Re: Richard T. Hoppe, Ranjana H. Advani, Weiyun A. Ai, et al. Hodgkin Lymphoma Version 1.2017, NCCN Clinical Practice Guidelines in Oncology. J Natl Compr Canc Netw 2017;15(5):608–638.
The updated NCCN Clinical Practice Guidelines in Oncology for Hodgkin Lymphoma (HL)1 promote the application of interim fluorodeoxyglucose (FDG)-PET–adapted therapy in both early- and advanced-stage HL. Unfortunately, this approach is not supported by the studies cited.1 In early-stage HL, treatment escalation in interim FDG-PET–positive patients may not be justified, because these patients have an excellent prognosis following standard, nonintensified therapies.2 On the other hand, treatment de-escalation in patients with early-stage HL with negative interim FDG-PET results demonstrated markedly increased relapse rates in all available studies.3 In patients with advanced-stage HL with positive interim FDG-PET results, treatment escalation has not proven to be beneficial, because studies showing favorable results lacked a randomization arm of patients treated with nonintensified therapies. On the contrary, the only available randomized trial on treatment escalation in advanced-stage HL showed that interim FDG-PET–adapted treatment approaches had no benefit at all.4 Finally, treatment de-escalation in patients with advanced-stage HL with negative interim FDG-PET results is controversial, because most patients with therapy-resistant disease have negative interim FDG-PET results.5 Consequently, a negative interim FDG-PET result has low value in ruling out residual disease.
The low value of interim FDG-PET in selecting the appropriate therapy regimen is most likely due to its limited sensitivity and specificity. FDG-PET images have a spatial resolution of 6 to 9 mm, and lymphomatous deposits below this threshold are missed. This theoretical underpinning is reflected by several observations: (1) a combination of lymphoma-positive bone marrow biopsies and no increased FDG uptake in the marrow6; (2) a high relapse rate during follow-up in patients with HL who initially experienced FDG-PET–based complete remission (CR) after treatment7; (3) additional radiation therapy reduces relapse rates despite achieving FDG-PET–based CR3; and (4) patients receiving palliative care and those with indolent non-Hodgkin's lymphoma (NHL) treated with noncurative therapies can experience an FDG-PET–based CR. Meanwhile, the histopathologic substrate of FDG-avid lesions at interim FDG-PET in HL is currently still unknown. Importantly, studies in NHL reported a strikingly high number of false–positive FDG-avid lesions at interim FDG-PET that were histologically verified.8 These results can very likely be translated to HL. Note that HL comprises only 0.1 to 10 of malignant Reed-Sternberg tumor cells9 and that virtually all FDG-avidity is caused by the associated inflammatory substrate, even before treatment has started.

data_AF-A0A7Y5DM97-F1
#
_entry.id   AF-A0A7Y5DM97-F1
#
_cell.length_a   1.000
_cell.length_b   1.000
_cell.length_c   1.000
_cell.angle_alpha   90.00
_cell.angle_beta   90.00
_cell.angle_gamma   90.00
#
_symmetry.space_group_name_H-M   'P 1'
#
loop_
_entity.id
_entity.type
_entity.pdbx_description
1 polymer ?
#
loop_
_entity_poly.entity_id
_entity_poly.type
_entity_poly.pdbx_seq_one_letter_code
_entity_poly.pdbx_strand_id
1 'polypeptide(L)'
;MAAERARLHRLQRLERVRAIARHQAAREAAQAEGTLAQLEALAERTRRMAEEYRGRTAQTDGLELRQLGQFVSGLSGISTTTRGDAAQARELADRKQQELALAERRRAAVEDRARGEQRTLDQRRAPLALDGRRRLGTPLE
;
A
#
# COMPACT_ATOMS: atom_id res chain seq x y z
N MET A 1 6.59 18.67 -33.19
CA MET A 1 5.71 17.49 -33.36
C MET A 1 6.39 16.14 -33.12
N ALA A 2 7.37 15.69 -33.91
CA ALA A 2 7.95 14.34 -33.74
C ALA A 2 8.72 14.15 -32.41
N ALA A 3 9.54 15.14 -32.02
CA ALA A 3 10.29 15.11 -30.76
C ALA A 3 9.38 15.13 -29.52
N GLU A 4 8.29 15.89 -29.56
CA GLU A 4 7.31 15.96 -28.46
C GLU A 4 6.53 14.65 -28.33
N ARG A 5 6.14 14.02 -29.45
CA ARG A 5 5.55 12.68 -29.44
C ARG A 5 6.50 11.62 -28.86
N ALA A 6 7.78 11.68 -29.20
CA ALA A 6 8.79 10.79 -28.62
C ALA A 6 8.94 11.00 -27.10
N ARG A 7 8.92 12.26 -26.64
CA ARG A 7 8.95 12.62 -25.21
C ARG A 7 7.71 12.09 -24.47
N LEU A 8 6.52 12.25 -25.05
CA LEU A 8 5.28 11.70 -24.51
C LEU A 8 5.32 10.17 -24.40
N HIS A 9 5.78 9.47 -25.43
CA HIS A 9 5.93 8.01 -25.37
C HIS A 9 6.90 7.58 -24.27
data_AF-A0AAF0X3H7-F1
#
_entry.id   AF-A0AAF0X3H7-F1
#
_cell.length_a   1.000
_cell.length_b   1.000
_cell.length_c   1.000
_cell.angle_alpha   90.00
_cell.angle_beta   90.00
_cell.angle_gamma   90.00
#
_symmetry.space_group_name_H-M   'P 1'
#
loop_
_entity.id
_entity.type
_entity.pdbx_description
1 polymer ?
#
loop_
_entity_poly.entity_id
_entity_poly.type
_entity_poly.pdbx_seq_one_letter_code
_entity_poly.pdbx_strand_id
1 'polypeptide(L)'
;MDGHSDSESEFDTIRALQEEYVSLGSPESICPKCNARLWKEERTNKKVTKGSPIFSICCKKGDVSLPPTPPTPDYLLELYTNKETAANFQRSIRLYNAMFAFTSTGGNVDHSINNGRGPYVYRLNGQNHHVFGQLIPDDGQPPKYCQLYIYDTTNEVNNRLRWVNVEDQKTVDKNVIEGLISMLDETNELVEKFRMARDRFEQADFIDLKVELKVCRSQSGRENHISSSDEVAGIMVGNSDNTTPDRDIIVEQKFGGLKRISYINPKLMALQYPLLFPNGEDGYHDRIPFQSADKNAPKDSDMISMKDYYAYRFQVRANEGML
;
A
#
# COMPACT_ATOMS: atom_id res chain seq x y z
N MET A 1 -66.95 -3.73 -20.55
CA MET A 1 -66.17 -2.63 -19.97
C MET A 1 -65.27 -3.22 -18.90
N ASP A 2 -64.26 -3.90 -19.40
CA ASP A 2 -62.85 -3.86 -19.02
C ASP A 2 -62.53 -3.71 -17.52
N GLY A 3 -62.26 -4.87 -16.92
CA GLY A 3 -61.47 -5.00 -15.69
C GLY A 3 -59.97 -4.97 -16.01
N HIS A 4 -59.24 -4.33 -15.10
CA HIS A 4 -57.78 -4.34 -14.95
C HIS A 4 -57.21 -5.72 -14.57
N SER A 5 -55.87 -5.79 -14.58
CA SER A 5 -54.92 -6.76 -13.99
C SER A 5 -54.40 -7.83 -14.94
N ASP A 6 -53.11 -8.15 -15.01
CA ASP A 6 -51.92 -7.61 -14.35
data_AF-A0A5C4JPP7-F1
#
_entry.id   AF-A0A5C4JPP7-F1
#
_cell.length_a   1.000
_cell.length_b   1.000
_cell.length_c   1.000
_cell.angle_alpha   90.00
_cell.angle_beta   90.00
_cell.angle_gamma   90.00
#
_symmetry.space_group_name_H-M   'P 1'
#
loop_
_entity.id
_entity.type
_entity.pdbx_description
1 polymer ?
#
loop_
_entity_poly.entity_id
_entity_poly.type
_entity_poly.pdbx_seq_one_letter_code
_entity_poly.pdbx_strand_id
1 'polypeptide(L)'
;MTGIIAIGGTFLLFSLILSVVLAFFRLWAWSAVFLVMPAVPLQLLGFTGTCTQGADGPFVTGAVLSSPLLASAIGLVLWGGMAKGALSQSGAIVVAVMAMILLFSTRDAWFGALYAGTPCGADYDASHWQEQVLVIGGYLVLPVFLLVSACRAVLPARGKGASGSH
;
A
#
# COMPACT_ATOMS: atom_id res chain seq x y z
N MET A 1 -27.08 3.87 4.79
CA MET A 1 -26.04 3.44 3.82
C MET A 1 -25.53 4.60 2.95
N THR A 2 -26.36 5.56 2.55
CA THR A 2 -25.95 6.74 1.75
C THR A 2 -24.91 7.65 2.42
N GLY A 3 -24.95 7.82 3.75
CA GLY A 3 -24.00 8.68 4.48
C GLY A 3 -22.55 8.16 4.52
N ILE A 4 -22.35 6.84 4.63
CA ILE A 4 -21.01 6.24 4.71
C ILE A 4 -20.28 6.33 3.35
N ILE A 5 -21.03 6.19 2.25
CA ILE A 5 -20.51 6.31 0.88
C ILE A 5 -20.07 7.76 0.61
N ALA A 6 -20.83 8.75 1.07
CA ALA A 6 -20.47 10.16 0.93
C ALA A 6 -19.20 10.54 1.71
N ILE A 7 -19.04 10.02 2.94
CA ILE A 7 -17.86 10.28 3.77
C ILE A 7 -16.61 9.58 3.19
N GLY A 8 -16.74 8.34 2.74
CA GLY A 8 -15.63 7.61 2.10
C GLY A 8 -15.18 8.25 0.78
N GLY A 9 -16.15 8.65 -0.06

In conclusion, the current evidence does not support the application of interim FDG-PET–adapted treatment in both early- and advanced-stage HL. Theoretical underpinnings suggest that results of future trials on interim FDG-PET will be unlikely to show benefit.
Hoppe RT, Advani RH, Ai WZ et al.. NCCN Clinical Practice Guidelines in Oncology for Hodgkin Lymphoma, Version 1.2017. J Natl Compr Canc Netw 2017;15:608–638.
Adams HJ, Kwee TC. Will treatment intensification in early-stage Hodgkin lymphoma patients with a positive interim FDG-PET improve outcome? Pediatr Hematol Oncol 2016;33:1–4.
Sickinger MT, von Tresckow B, Kobe C et al.. PET-adapted omission of radiotherapy in early stage Hodgkin lymphoma—a systematic review and meta-analysis. Crit Rev Oncol Hematol 2016;101:86–92.
Borchmann P, Haverkamp H, Lohri A et al.. Progression-free survival of early interim PET-positive patients with advanced stage Hodgkin's lymphoma treated with BEACOPPescalated alone or in combination with rituximab (HD18): an open-label, international, randomised phase 3 study by the German Hodgkin Study Group. Lancet Oncol 2017;18:454–463.
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. Borchmann P Haverkamp H Lohri A Progression-free survival of early interim PET-positive patients with advanced stage Hodgkin's lymphoma treated with BEACOPPescalated alone or in combination with rituximab (HD18): an open-label, international, randomised phase 3 study by the German Hodgkin Study Group. Lancet Oncol 2017; 18: 454– 463.
Adams HJ, Kwee TC. Controversies on the prognostic value of interim FDG-PET in advanced-stage Hodgkin lymphoma. Eur J Haematol 2016;97:491–498.
Adams HJ, Nievelstein RA, Kwee TC. Opportunities and limitations of bone marrow biopsy and bone marrow FDG-PET in lymphoma. Blood Rev 2015;29:417–425.
Adams HJ, Nievelstein RA, Kwee TC. Systematic review and meta-analysis on the prognostic value of complete remission status at FDG-PET in Hodgkin lymphoma after completion of first-line therapy. Ann Hematol 2016;95:1–9.
Adams HJ, Kwee TC. Proportion of false-positive lesions at interim and end-of-treatment FDG-PET in lymphoma as determined by histology: systematic review and meta-analysis. Eur J Radiol 2016;85:1963–1970.